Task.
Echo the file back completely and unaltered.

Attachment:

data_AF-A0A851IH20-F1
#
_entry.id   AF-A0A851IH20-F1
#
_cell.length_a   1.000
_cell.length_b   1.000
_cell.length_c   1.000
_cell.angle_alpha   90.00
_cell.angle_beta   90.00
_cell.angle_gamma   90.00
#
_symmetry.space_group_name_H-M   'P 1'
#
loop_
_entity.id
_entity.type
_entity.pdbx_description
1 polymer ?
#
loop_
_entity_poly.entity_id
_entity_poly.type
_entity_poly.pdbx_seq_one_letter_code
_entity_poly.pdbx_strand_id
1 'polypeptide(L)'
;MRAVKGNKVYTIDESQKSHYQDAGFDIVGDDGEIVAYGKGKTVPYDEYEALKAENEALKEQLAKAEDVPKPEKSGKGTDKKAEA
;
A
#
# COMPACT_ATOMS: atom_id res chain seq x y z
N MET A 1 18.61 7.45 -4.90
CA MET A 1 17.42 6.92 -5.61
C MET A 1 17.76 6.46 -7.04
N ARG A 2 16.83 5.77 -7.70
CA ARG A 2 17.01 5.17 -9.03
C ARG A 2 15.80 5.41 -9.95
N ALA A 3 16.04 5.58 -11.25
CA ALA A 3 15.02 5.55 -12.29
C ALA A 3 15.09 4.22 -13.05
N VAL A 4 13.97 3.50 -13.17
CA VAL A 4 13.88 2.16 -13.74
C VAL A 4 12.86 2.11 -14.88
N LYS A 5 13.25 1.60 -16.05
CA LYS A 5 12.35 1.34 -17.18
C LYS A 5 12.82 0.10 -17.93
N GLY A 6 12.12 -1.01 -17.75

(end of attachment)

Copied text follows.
data_AF-A0A851IH20-F1
#
_entry.id   AF-A0A851IH20-F1
#
_cell.length_a   1.000
_cell.length_b   1.000
_cell.length_c   1.000
_cell.angle_alpha   90.00
_cell.angle_beta   90.00
_cell.angle_gamma   90.00
#
_symmetry.space_group_name_H-M   'P 1'
#
loop_
_entity.id
_entity.type
_entity.pdbx_description
1 polymer ?
#
loop_
_entity_poly.entity_id
_entity_poly.type
_entity_poly.pdbx_seq_one_letter_code
_entity_poly.pdbx_strand_id
1 'polypeptide(L)'
;MRAVKGNKVYTIDESQKSHYQDAGFDIVGDDGEIVAYGKGKTVPYDEYEALKAENEALKEQLAKAEDVPKPEKSGKGTDKKAEA
;
A
#
# COMPACT_ATOMS: atom_id res chain seq x y z
N MET A 1 18.61 7.45 -4.90
CA MET A 1 17.42 6.92 -5.61
C MET A 1 17.76 6.46 -7.04
N ARG A 2 16.83 5.77 -7.70
CA ARG A 2 17.01 5.17 -9.03
C ARG A 2 15.80 5.41 -9.95
N ALA A 3 16.04 5.58 -11.25
CA ALA A 3 15.02 5.55 -12.29
C ALA A 3 15.09 4.22 -13.05
N VAL A 4 13.97 3.50 -13.17
CA VAL A 4 13.88 2.16 -13.74
C VAL A 4 12.86 2.11 -14.88
N LYS A 5 13.25 1.60 -16.05
CA LYS A 5 12.35 1.34 -17.18
C LYS A 5 12.82 0.10 -17.93
N GLY A 6 12.12 -1.01 -17.75